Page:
Combating Evil



Combating Evil©
a sermon by the Rev. Kathryn A. Bert
for the Unitarian Universalist Church of Greater Lansing
preached on February 10, 2013


In case you don’t quite understand the cover art, this is a picture of Buffy the Vampire Slayer.  This television series aired from 1997 to 2003.  I entered theological school in 1998, and my classmates would gather once a week to watch this show.  I didn’t get the appeal.  I had too much theology to read.

Of course, basic to theology – the study of God or the mystery, limits of our own understanding, one of the problems that draws us to ask big questions has to do with the presence of evil.  What is it?  Why does it happen?  How do we contribute?  How do we combat it?

Last week Greg Martin introduced our common book read of the book by Michelle Alexander called the New Jim Crow:  mass incarceration in an age of colorblindness.  As one of my colleagues put it, “it rocked my world.”  Not that we aren’t aware of DWB’s – driving while Black, not that we aren’t aware of the ridiculousness of the War on Drugs – but I wasn’t aware of the insidious systematic way the war on drugs came into being, or how the war on drugs makes driving while black a criminal offense.

Here’s the problem – crime is real.  It happens.  You may have heard my colleague and friend Cathy Harrington speak of the rape and murder of her daughter when she preached here in December.  Believe it or not, she is only one of two UU ministerial colleagues I have in the state of Michigan whose daughters were raped and murdered.  How likely is that?  So, don’t tell me crime isn’t real.  I myself have survived a rape and murder threat, and statistics would tell us that every sixth person in this room has survived a sexual assault.  Some of those assaults were committed by young black men, but statistics show that more of them by far were committed by white men – and guess what, sometimes the perpetrator of a violent assault is a woman – yes, that happens too. 

The problem is, we all have stories.  We know stories, we’ve heard stories, and there is just enough truth from those stories to feed our fear and anger, if well-exploited, and that is how the war on drugs came into being.

Alexander makes the point that most of us think we know how the criminal justice system works from television crime shows like Law and Order which focus on individual stories of crime, victimization, and punishment.  She writes,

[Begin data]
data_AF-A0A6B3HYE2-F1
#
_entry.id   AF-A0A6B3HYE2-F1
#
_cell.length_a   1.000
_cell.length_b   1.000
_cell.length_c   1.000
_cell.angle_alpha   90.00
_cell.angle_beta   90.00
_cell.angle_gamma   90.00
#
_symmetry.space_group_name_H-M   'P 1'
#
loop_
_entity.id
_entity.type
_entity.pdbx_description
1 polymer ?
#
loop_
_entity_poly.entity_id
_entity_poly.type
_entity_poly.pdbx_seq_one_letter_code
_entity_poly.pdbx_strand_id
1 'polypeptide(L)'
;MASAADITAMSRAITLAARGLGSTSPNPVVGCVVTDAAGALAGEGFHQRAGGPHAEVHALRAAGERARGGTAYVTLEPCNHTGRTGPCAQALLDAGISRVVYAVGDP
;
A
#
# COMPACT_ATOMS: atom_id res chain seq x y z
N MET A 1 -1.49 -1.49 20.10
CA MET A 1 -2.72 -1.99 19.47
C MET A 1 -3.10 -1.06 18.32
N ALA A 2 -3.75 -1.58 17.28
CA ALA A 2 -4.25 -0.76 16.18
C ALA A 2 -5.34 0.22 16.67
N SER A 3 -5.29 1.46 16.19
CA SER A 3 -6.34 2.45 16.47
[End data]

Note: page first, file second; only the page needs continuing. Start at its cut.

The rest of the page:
“A charismatic police officer, investigator, or prosecutor struggle with his own demons while heroically trying to solve a horrible crime.  He ultimately achieves a personal and moral victory by finding the bad guy and throwing him in jail…. it perpetuates the myth that the primary function of the system is to keep our streets safe and our homes secure by rooting out dangerous criminals and punishing them.” 
She goes on to say that
“these television shows, especially those that romanticize drug-law enforcement, are the modern-day equivalent of the old movies portraying happy slaves, the fictional gloss placed on a brutal system of racialized oppression and control.” end quote.

Ouch.  I have to admit at this point in the sermon that I like those shows.  Well, Law and Order isn’t my thing, but I have been known to watch crime shows such as Castle, Rizzoli and Isles, and Inspector Lewis….  I think I like them for the characters, but I am sure the stories have an accumulative effect on how I perceive the world – and it is different, believe me, than the world Michelle Alexander reveals in her book.

But there is a story in our collective past that is consistent with the details of this book.  The last settled minister before me to serve this congregation was Rev. Barbara Edgecombe.  She was called in 1996 and served until 2000 when she resigned for health reasons.  As I’ve heard this story told, shortly after Barbara arrived to serve this congregation – while undergoing treatment for the breast cancer which eventually took her life – her apartment was raided by the Metro Narcotics Squad, looking for drugs and a previous tenant.  However, they forced themselves in, did not ask questions, pushed her to the floor, injuring her body while she was already compromised by the cancer and the treatments for it.  It was a shocking incident which shook Barbara and the entire congregation.  Whereas one could see this raid as a tragic and isolated mistake, through the lens of Alexander’s research, it looks more like a pattern – a pattern not usually repeated in the homes of middle class professionals like Barbara, but rather perpetrated in homes of poor people of color whose power has been limited by the system itself.

It’s important that we preceded the discussion of evil with the topic of authority and power, because we’ve all seen the evil effects of the misuse of power.  As in the story I just recounted.  This can explain why people might be hesitant to claim their power, and use their power.  We can learn to associate power with the misuse of it.  By pretending we don’t have power, perhaps we can delude ourselves into thinking we aren’t in a position to hurt others with our authority.


Unfortunately, Mike finished writing the song just a few weeks before a virulent anti-Islamic video sparked violent mass protests around the world.  He played the song only once in public before he began to wonder whether its strong sentiments would -- intentionally or not -- be misinterpreted.

Not wanting to further inflame passions over a sensitive subject, he rewrote the lyrics and softened the message.  The song is now about self-censorship, which is what he felt compelled to do, because, in part, he recognized the power of his words, and did not want them to be used to harm others.

Rev. Dr. Martin Luther King, Jr.  said that “Power at its best is love implementing the demands of justice, and justice at its best is power correcting everything that stands against love.” 

Confusion arises when we can fail to distinguish power from the evil effects of the misuse of that power.  We may think that..  ‘If I’m not powerful, maybe I won’t have a negative impact on the world’… but that logic is flawed.  This is where Buffy the Vampire Slayer comes in, if you’ve been sitting there wondering….